“After a Life” is the story of Mrs. and Mr. Su, an old married couple with a severely handicapped daughter, Beibei. They have, over the years, cut themselves off from (or, in the case of their younger child, a son, been abandoned by) friends and family as they care for their daughter while keeping her a secret. Recently, Mr. Su has made a friend, Mr. Fong, a man cheating on his recently-released-from-prison wife. Mrs. Fong has begun a friendship of sorts with Mrs. Su since her return from prison, calling every day to complain about Mr. Fong and the affair she is sure he is having and that Mr. Su is covering for (in truth, both Mr. and Mrs. Su are covering for Mr. Fong). As Mr. Su goes about his day at the stockbrokerage and Mrs. Su takes care of Beibei, the facts are slowly revealed: Mr. and Mrs. Su are first cousins, were counseled against having a child when they ignored their family and married, and have lived with the consequences ever since.

It isn’t Beibei’s condition that’s eroded their marriage, though. If anything, Mr. Su believes it was the birth of their son, Jian, a healthy and bright child who is now away at college. Mrs. Su worries that Mr. Su wants a more “normal” family and Mr. Su worries that Mrs. Su has come to feel only the unhappiness of her situation with Beibei.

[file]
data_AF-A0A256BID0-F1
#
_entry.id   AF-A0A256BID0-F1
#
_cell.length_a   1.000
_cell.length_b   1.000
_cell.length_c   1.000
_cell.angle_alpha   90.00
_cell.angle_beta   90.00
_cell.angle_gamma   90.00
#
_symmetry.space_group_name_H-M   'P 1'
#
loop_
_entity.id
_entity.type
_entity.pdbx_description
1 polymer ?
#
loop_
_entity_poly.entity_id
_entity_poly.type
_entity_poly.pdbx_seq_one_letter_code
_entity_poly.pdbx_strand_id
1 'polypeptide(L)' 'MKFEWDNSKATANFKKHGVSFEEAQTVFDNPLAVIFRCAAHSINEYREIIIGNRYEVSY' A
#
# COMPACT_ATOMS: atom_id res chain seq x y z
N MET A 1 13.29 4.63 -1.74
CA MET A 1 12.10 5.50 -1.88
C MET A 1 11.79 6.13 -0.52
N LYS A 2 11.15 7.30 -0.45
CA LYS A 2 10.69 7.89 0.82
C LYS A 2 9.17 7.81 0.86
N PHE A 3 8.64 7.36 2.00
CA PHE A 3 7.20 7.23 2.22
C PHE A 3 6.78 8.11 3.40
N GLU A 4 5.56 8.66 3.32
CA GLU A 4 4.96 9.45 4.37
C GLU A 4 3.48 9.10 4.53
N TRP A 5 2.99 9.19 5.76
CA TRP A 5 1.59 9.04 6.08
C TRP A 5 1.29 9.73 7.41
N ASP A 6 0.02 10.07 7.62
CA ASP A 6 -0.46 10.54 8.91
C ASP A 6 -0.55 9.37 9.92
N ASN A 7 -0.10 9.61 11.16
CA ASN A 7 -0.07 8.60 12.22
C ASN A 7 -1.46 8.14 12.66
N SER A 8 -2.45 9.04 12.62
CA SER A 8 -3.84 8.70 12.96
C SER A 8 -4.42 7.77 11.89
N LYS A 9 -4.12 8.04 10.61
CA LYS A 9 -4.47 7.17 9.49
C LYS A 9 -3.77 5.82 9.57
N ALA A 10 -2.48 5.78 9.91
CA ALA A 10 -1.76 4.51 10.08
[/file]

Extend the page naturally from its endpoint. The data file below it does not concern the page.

In the end, Beibei passes away (possibly due to an overdose of sleeping pills Mrs. Su gave her), and, as they realize what happens, the story closes with the line above. The description of Mrs. Su’s hair, gray and thin, is the present, the image of the flowers and the bees, is the past filled with life and hope, and Mr. Su’s touch is the bridge between the two. Because of the work Li has done making her readers invest in the Sus, their relationship, and their world, this “cheesy” ending instead comes off as “surprisingly right.”